As you can already see, I don´t like big cities in general. For someone who loves to be in a city, who loves a lot of noise and party around them, this place will be perfect. But it´s just not the place to be for me. I am a child of nature, I need to be out in the green, I need to be surrounded by natural spaces to be happy and to feel at home.
If you are like me and need a break to breathe from a big city like Barcelona from time to time I have to places I would highly recommend going. Not far away from Barcelona, but far enough. Small, cute and typically Spanish. Not that touristic, but still known. I´m talking about Castelldefels and Montgat. Calm and quiet, perfect to take break from busy city life.
This city is situated in the south of Barcelona. By train, it takes you around one hour and a half to reach it. It´s a beautiful little place. Once you hop out of the train, you will soon see a lot of mansions lining up on top of a hill. It is a rich town, a famous neighborhood a lot of known people already lived in as well. Even Messi settled there for a while and it´s not hard to see why. It is a beautiful little place, calm and quiet. If you´re that famous and seek some time for yourself, that´s the place to go.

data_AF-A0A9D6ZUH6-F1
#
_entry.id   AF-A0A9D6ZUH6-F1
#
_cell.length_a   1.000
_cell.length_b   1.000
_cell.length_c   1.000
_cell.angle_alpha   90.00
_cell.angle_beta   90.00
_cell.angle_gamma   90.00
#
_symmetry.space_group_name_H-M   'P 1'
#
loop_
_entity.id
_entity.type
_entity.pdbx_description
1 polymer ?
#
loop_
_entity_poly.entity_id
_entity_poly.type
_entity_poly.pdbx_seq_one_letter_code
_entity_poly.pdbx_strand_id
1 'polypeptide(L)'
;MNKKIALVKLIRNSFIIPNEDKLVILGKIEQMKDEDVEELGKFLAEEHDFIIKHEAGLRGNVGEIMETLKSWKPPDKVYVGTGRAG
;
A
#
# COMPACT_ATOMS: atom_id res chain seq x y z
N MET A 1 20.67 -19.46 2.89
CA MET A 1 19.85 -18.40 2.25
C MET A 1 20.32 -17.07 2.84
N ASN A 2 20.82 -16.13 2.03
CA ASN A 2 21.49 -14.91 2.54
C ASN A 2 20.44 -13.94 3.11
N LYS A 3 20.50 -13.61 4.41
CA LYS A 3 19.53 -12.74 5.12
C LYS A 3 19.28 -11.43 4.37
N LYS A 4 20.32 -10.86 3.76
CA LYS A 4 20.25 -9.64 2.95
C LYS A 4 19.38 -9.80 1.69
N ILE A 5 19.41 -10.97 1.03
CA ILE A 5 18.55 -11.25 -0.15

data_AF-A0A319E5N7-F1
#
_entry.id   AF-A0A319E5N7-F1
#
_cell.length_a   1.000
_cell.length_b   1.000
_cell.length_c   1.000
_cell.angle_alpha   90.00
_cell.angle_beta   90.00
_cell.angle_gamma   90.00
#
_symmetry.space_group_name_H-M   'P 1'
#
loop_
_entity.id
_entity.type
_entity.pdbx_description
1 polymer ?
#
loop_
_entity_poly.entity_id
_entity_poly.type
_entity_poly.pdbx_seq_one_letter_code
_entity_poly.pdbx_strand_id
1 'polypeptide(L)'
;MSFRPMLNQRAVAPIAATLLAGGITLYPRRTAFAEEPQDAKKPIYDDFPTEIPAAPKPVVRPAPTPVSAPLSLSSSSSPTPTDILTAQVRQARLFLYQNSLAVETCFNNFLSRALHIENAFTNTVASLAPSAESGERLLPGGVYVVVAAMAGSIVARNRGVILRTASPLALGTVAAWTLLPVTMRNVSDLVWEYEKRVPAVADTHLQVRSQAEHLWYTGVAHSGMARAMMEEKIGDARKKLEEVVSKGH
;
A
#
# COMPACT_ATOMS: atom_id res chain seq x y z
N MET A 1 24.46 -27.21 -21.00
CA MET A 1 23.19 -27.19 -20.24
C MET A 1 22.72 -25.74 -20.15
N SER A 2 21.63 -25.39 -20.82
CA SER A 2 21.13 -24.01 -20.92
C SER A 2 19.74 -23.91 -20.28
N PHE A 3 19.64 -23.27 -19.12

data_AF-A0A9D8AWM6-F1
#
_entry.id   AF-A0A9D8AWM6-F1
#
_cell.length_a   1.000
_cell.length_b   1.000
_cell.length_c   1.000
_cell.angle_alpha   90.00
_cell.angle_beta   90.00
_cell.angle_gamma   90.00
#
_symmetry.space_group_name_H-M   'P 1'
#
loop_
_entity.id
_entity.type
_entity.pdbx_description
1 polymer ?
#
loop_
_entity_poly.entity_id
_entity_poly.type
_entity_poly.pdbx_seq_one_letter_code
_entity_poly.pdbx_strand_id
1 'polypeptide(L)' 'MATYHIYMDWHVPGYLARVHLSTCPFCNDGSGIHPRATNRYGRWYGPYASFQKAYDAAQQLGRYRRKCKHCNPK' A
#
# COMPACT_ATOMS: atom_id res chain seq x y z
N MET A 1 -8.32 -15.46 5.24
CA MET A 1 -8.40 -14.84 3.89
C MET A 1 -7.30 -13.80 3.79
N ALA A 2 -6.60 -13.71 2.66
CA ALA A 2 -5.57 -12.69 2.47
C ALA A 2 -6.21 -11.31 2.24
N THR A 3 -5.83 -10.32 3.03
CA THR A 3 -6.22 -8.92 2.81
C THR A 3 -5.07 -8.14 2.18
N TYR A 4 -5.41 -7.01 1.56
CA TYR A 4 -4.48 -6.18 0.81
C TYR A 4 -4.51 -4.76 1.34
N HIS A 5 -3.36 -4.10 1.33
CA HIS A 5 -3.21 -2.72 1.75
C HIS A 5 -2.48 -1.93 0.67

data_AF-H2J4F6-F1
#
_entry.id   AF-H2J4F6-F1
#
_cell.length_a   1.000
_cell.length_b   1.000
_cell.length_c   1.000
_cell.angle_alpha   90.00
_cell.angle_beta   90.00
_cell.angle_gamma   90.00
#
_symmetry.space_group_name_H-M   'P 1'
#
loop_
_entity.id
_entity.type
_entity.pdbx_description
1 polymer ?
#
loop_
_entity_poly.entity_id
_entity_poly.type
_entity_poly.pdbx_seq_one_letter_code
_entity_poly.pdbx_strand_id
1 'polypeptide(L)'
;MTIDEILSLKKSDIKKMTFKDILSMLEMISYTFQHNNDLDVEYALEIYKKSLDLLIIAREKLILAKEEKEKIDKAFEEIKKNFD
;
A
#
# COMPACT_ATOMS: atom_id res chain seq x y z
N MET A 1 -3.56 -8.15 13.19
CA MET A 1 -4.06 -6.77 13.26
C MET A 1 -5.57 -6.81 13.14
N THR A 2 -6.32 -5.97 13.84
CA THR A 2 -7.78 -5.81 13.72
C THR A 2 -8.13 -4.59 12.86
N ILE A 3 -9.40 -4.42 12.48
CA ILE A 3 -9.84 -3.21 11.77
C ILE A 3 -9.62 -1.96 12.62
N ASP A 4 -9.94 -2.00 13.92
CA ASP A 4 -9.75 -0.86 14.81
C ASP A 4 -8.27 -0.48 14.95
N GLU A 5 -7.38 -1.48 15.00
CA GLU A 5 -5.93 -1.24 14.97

I went to Castelldefels with my boyfriend and we had a great time. It was just a short, 2-days trip, but Castelldefels is not that big. You can easily discover the city within a day. We arrived during the night and could admire all the mansions lighting up on the hill while walking up the road to our Airbnb.
Right after our arrival we just went out to eat as it was already late. Our Airbnb was situated a 20-minutes-walk away from the city center, so we already saw a lot of the city walking into the center and back. A lot of nice villas and mansions, a lot of palm trees and fancy gardens. The air so fresh and clear. I felt more at ease instantly. It didn´t even matter that it suddenly started to rain heavily. Castelldefels is beautiful – with or without rain. The rain lasted until the next morning. When we woke up, we had an amazing view out of our hosts window. Green hills in front of us, the mansions in between, brining some color into the soft greenness of the landscape. It was early, humid, the sky covered in clouds. It was grey. But not a sad kind of grey. Just the grey after the rain had passed, ready to let the sun takeover. On a Monday, nobody was on the streets when we walked down to the beach. That´s how quiet it was.